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Pathogenesis of Malaria

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Malaria is an infectious disease that kills close to a million children every year (Miller, Ackerman, Su, & Wellems, 2013). Although there are several different species of malaria this paper is going to be addressing Plasmodium falciparum, the most fatal of the species. The parasitic infection of P. falciparum can lead to many negative effects including death. This paper will explore the ways in which the disease in contracted, the risk factors as well as the pathogenesis of the parasite and ultimately the potential treatment options based on the progression of the disease process.
Causative Agent, Mode of Transmission and Risk Factors
P. falciparum is a protozoan parasite that once it has infected its human host causes the disease known as Malaria (Lehne, 2013, p.1238). This particular species of the genus Plasmodium is believed to stem from over one hundred thousand years ago (Carucci, 2004). These protozoan parasites are transferred to the human host by way of a vector in the form of a female Anopheles where the parasite resides in the saliva and is released when the insect feeds on a humans blood (Miller et al., 2013). The mosquito acquires this parasite by the same means of feeding on an infected host where the protozoa is ingested, grows and multiples in the stomach and upon maturation it shifts to the salivary glands to be spread to the next human host (Kyes, Horrocks, & Newbold, 2001).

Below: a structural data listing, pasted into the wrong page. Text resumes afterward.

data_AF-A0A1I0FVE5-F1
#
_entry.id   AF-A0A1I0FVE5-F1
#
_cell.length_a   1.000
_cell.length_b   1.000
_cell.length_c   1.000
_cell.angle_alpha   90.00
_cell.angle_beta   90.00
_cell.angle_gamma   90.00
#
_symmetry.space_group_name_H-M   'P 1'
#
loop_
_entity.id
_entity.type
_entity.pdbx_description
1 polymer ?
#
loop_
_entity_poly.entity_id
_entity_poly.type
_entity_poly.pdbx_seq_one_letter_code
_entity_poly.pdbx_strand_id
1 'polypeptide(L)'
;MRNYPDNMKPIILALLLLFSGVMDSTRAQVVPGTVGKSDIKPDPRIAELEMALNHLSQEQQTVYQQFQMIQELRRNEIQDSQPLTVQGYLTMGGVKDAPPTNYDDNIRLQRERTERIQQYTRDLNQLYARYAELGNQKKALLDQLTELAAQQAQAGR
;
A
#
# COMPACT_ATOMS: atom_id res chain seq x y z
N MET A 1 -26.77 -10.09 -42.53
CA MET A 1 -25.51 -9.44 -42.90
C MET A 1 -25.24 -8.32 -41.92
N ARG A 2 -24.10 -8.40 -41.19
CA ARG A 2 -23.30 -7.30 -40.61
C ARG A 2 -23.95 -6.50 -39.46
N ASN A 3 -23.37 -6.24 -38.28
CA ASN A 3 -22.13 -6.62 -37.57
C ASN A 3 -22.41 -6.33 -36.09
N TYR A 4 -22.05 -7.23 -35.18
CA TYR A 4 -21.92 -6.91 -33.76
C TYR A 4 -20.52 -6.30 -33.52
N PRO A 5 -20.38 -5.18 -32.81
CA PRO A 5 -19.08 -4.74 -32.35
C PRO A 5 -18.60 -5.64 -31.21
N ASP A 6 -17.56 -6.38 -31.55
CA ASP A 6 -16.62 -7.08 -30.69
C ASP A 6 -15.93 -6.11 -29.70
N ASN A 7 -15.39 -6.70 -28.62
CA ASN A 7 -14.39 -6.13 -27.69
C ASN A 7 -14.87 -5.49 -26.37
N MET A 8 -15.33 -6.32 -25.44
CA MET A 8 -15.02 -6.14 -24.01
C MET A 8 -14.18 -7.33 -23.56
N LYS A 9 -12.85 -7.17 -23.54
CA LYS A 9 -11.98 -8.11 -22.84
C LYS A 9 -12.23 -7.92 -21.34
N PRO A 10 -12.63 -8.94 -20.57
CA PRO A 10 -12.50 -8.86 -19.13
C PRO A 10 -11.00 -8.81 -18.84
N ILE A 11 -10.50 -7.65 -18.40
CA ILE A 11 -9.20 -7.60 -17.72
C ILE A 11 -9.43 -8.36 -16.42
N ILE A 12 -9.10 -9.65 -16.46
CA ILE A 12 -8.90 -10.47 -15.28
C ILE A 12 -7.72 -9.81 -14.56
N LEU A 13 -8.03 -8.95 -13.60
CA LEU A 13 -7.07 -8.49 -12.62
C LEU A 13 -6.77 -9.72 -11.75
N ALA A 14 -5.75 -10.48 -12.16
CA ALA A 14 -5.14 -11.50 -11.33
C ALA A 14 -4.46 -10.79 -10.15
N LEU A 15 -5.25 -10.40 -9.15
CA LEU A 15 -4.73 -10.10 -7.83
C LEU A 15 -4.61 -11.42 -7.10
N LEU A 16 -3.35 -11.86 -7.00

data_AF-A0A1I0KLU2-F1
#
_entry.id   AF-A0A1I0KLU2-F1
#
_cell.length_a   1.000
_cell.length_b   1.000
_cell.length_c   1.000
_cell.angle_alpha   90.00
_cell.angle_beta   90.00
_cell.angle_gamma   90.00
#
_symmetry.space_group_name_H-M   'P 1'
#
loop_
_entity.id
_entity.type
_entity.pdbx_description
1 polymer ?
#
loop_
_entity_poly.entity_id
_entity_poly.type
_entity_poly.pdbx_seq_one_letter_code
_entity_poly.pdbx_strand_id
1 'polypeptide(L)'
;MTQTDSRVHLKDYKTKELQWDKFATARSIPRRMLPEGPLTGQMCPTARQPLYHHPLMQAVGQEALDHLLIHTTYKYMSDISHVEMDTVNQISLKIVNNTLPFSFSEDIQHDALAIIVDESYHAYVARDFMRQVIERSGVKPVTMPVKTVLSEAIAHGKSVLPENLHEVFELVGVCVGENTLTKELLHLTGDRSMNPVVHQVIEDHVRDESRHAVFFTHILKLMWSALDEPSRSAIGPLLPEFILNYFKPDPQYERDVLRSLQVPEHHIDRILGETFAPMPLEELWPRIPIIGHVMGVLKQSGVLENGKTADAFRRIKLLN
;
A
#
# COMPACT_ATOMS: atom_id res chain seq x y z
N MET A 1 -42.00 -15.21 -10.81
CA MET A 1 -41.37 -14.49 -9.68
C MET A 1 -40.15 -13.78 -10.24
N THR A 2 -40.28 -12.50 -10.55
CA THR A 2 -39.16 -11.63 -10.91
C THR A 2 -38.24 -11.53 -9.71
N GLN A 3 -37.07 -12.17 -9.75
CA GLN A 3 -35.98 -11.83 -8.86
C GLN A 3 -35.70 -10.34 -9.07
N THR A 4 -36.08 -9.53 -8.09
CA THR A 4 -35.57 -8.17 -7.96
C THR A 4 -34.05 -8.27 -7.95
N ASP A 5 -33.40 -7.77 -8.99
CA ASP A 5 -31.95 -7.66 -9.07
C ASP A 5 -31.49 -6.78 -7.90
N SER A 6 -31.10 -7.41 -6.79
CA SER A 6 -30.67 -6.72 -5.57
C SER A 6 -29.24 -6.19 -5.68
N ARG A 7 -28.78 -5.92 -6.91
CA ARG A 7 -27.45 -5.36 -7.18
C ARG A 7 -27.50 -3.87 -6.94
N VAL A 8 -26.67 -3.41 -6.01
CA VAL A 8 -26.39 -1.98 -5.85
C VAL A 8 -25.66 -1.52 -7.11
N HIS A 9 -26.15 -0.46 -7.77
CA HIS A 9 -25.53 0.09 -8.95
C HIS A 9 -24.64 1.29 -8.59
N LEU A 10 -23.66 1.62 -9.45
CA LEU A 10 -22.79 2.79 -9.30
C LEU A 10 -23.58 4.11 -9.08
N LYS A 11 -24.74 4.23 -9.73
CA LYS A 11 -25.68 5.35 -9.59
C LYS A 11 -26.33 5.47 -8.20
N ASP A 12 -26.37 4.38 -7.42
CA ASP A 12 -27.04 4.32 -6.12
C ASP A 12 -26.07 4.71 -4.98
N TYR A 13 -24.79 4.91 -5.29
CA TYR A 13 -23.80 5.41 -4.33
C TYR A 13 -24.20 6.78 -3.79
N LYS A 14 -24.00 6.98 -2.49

There are many risk factors for contracting the parasite including living in or traveling to countries where malaria is endemic, not taking the proper precautions such as insect repellent and areas with large amounts of standing water which are sites of mosquito breeding (Centers for Disease Control and Prevention [CDC], 2010).
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